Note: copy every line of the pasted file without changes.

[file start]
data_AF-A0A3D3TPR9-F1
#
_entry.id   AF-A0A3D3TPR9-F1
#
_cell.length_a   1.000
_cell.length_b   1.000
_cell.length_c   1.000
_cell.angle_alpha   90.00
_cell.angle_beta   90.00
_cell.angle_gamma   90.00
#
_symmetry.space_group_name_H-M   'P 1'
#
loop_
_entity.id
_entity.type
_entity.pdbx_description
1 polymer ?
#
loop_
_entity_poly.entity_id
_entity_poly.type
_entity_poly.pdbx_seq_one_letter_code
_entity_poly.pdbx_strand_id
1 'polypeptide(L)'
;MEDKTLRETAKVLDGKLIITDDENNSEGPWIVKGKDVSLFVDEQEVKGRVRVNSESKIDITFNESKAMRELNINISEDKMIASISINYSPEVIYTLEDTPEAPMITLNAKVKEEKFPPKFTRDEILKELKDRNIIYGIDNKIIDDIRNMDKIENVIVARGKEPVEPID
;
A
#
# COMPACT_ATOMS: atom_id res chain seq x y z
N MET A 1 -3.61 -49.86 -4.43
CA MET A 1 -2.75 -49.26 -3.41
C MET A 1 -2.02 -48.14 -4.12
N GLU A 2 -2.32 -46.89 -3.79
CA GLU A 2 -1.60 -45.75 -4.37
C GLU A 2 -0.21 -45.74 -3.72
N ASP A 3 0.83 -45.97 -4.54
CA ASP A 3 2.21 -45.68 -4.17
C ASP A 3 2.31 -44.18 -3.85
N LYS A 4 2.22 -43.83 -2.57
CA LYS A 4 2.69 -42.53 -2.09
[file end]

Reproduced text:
data_AF-A0A3D3TPR9-F1
#
_entry.id   AF-A0A3D3TPR9-F1
#
_cell.length_a   1.000
_cell.length_b   1.000
_cell.length_c   1.000
_cell.angle_alpha   90.00
_cell.angle_beta   90.00
_cell.angle_gamma   90.00
#
_symmetry.space_group_name_H-M   'P 1'
#
loop_
_entity.id
_entity.type
_entity.pdbx_description
1 polymer ?
#
loop_
_entity_poly.entity_id
_entity_poly.type
_entity_poly.pdbx_seq_one_letter_code
_entity_poly.pdbx_strand_id
1 'polypeptide(L)'
;MEDKTLRETAKVLDGKLIITDDENNSEGPWIVKGKDVSLFVDEQEVKGRVRVNSESKIDITFNESKAMRELNINISEDKMIASISINYSPEVIYTLEDTPEAPMITLNAKVKEEKFPPKFTRDEILKELKDRNIIYGIDNKIIDDIRNMDKIENVIVARGKEPVEPID
;
A
#
# COMPACT_ATOMS: atom_id res chain seq x y z
N MET A 1 -3.61 -49.86 -4.43
CA MET A 1 -2.75 -49.26 -3.41
C MET A 1 -2.02 -48.14 -4.12
N GLU A 2 -2.32 -46.89 -3.79
CA GLU A 2 -1.60 -45.75 -4.37
C GLU A 2 -0.21 -45.74 -3.72
N ASP A 3 0.83 -45.97 -4.54
CA ASP A 3 2.21 -45.68 -4.17
C ASP A 3 2.31 -44.18 -3.85
N LYS A 4 2.22 -43.83 -2.57
CA LYS A 4 2.69 -42.53 -2.09